How to practice emotional self care

Emotional self care might sound a little bit bizarre... but hear me out on this one! I always thought I was great at my self care. I took baths, gave myself pamper sessions, spent time doing things just for me and preached to everyone else how important it was to take time out to do these things themselves.

And I wasn't wrong - practical self care - i.e. the act of 'doing' self care is all extremely important.

But then I discovered that there was a stage more. And this is where it gets HARD!

Emotional self care is a step on. It is the very important, very elusive missing piece of the jigsaw that I think so many of us block out.


What is emotional self care?


For me - and of course we are all different so it may look very different to you - emotional self care is about nurturing my mindset, my feelings, my thoughts and my beliefs. And by nurturing I mean getting curious as to how these are playing out in my life, getting up close and personal with them, and then sieving out the things that are helping me and making me feel good, and ditching the things that are not productive to my wellbeing.

Just like we have to cleanse our skin, our body, our homes and our environment...  we have to cleanse the mind too - and this is where I believe emotional self care can help. Because unless we see and face the crap in the back of the cupboard... how can we possibly let it go?


Emotional self care looks a lot less like the 'doing' of practical self care, it is more about 'being'.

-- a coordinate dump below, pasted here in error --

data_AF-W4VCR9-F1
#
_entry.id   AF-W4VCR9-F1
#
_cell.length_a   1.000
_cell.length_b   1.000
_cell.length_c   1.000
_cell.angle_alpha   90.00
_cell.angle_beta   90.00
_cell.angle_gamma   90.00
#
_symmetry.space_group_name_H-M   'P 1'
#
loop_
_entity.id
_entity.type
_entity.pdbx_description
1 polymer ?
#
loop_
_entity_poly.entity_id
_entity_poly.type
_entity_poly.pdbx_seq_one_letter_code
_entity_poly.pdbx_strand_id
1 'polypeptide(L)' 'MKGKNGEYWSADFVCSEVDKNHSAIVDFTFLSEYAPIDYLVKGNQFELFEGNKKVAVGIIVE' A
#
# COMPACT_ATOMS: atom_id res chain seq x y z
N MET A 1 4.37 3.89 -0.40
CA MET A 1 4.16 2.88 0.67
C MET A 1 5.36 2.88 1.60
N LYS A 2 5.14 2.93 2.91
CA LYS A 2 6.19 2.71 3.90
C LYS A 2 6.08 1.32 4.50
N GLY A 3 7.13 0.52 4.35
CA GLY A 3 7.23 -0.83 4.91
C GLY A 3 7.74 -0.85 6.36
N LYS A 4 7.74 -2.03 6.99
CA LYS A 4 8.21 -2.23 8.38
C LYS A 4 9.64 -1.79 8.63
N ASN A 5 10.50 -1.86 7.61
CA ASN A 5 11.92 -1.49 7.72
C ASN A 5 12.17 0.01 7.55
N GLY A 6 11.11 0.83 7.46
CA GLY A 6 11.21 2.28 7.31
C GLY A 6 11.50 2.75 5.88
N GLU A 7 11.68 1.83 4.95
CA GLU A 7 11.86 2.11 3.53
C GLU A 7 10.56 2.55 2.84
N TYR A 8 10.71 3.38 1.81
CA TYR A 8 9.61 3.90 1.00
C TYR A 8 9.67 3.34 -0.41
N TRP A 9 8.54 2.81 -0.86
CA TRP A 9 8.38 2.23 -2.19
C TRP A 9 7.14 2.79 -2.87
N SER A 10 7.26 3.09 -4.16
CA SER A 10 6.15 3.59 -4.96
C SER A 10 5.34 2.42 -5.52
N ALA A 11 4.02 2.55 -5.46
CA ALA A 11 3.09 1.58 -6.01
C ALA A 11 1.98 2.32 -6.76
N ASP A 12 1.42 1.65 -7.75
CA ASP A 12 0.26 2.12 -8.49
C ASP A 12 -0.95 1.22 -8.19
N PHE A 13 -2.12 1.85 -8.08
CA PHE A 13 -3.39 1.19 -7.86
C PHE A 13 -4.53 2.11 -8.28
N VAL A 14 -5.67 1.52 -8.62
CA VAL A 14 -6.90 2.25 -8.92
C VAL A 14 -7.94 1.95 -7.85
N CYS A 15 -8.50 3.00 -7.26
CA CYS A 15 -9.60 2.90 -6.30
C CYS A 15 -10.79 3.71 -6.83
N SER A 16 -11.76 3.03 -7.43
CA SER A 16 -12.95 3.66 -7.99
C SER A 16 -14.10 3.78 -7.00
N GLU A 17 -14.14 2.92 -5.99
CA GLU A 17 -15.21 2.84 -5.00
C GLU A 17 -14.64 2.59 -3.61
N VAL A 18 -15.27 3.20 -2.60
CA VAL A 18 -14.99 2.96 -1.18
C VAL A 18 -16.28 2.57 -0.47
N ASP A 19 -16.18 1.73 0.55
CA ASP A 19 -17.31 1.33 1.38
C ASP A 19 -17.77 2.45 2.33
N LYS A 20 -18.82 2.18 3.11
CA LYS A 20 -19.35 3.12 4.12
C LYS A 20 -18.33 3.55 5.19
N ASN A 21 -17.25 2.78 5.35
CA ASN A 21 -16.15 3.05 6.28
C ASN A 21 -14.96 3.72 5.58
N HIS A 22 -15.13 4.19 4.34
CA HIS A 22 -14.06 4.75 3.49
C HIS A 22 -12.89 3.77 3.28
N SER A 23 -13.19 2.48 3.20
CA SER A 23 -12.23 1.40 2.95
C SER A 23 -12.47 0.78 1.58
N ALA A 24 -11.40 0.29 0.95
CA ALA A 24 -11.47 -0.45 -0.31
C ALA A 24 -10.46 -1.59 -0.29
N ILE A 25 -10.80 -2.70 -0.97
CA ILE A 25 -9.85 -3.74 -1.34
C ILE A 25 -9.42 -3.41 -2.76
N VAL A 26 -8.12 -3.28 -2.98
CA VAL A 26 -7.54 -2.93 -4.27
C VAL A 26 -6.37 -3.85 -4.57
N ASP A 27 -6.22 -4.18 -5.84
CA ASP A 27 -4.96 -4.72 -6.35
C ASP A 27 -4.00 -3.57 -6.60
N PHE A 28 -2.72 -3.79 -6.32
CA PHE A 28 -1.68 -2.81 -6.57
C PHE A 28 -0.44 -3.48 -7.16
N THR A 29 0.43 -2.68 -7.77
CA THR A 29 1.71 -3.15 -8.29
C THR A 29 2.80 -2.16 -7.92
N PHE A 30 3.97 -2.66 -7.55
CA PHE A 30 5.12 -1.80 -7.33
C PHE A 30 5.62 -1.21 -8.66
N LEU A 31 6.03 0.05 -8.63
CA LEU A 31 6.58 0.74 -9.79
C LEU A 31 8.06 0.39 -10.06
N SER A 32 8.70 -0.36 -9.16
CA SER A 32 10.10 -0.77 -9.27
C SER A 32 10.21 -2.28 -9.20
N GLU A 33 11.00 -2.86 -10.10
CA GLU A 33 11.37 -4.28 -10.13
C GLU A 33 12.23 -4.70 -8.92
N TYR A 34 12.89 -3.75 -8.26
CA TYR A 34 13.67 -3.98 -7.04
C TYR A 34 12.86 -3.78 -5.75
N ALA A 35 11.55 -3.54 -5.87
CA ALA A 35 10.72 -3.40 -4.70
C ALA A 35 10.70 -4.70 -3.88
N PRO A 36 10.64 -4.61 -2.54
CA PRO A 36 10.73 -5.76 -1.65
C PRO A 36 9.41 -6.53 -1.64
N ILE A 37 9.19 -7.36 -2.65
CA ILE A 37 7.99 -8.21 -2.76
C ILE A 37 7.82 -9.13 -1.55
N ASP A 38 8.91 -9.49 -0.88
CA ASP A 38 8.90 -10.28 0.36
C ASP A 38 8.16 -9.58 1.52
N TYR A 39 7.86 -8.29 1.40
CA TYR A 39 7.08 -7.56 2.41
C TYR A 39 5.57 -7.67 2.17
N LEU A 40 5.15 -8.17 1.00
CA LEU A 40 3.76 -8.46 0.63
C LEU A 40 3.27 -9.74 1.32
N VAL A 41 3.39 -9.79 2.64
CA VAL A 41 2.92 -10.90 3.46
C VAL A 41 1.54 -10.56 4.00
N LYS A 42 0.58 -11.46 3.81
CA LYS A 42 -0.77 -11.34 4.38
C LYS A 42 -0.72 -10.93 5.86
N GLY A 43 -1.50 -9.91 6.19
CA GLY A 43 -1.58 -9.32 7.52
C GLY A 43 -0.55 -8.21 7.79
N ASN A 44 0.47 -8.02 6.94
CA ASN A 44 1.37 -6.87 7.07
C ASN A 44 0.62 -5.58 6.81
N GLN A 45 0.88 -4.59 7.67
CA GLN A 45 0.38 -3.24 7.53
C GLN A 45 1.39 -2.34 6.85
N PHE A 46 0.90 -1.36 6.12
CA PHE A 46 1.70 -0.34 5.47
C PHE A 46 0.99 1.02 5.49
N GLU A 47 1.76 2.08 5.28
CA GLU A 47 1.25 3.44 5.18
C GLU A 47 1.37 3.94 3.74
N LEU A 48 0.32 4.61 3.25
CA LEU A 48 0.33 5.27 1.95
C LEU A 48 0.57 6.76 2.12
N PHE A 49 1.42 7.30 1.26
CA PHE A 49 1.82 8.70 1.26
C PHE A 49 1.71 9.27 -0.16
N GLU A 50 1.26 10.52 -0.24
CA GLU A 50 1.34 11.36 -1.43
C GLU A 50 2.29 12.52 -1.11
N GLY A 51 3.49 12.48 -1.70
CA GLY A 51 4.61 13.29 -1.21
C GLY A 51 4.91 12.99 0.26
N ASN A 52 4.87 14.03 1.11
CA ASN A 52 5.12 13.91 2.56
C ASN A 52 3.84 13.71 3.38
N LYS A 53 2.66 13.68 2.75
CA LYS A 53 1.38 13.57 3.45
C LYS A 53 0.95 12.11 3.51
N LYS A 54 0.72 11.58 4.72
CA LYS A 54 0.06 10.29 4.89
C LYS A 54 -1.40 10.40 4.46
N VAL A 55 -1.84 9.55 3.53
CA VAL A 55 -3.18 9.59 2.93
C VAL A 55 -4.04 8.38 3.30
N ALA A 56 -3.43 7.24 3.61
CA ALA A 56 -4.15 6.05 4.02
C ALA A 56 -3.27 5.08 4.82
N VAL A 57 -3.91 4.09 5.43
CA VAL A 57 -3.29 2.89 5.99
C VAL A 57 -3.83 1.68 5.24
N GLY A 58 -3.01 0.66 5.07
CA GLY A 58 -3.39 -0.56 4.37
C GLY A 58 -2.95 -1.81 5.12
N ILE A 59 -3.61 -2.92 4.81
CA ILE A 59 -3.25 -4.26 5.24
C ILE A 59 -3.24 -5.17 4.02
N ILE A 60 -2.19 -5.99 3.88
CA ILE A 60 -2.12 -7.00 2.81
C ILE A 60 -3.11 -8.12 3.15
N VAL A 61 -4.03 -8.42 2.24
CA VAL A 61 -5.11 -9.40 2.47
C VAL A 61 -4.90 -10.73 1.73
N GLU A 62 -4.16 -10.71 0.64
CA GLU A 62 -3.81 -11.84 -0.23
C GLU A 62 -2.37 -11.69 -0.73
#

Being still

Being quiet

Being kind

Being gentle

Being curious

Emotional self care is about being mindful and conscious and feeling what emotions are coming up right now rather than dwelling on past worries or future concerns. Often these emotions may be things we have held onto for a while, or they may be linked to something we are anticipating - but they are being felt RIGHT NOW.


Are you choking your emotions?


In our world we have been taught to always be positive, to 'suck it up' and to put things in perspective - and these do have a place. But our emotions come up for a reason and if we simply ignore them or push them to one side then we can't move forward and it is often these bottled up feelings that lead to anxiety, stress and even physical blockages.

How often have you been in a highly emotional state and physically felt a blockage in your throat? If you try and swallow it down what happens? You feel as though you are choking. If you let that emotion out, the blockage normally fades.

If you can learn to gently face the emotions that come up then they will make their way to the surface - and sometimes this won't feel all that pleasant - but then you can let them go and move on. It may be that you need to seek the support of a friend, a family member or a therapist to help you release some of these emotions - but one way or another - they need to come up.

So for me, emotional self care is a continuous process of noticing how I feel and what emotions are coming up for me. Last week I felt anger - which for a moment I felt guilty about - and then I stopped fighting it and let it come to the surface. I let myself feel the anger and I expressed it in a non-harmful way (by shouting loudly in an empty room!!!). I also knew that the emotion I was feeling wasn't who I am and didn't mean I was a bad/negative/awful human being - it was simply an emotion I needed to release.